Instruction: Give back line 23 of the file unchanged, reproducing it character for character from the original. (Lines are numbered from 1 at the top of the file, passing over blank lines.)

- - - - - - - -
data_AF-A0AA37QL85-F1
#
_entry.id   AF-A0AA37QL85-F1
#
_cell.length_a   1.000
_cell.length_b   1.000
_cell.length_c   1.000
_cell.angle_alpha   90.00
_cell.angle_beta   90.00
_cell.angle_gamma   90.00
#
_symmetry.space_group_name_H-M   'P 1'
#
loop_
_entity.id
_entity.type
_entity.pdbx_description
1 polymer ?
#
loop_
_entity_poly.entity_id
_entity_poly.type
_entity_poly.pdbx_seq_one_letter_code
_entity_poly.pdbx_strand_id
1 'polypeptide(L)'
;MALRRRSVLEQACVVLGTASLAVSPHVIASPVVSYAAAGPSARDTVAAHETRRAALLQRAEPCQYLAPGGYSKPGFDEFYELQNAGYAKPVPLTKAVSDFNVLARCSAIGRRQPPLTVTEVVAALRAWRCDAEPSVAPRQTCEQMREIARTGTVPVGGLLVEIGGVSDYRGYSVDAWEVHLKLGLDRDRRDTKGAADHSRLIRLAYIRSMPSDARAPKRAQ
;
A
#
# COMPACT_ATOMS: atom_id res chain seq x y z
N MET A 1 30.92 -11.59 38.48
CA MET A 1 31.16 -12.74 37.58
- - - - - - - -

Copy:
_entity_poly.pdbx_seq_one_letter_code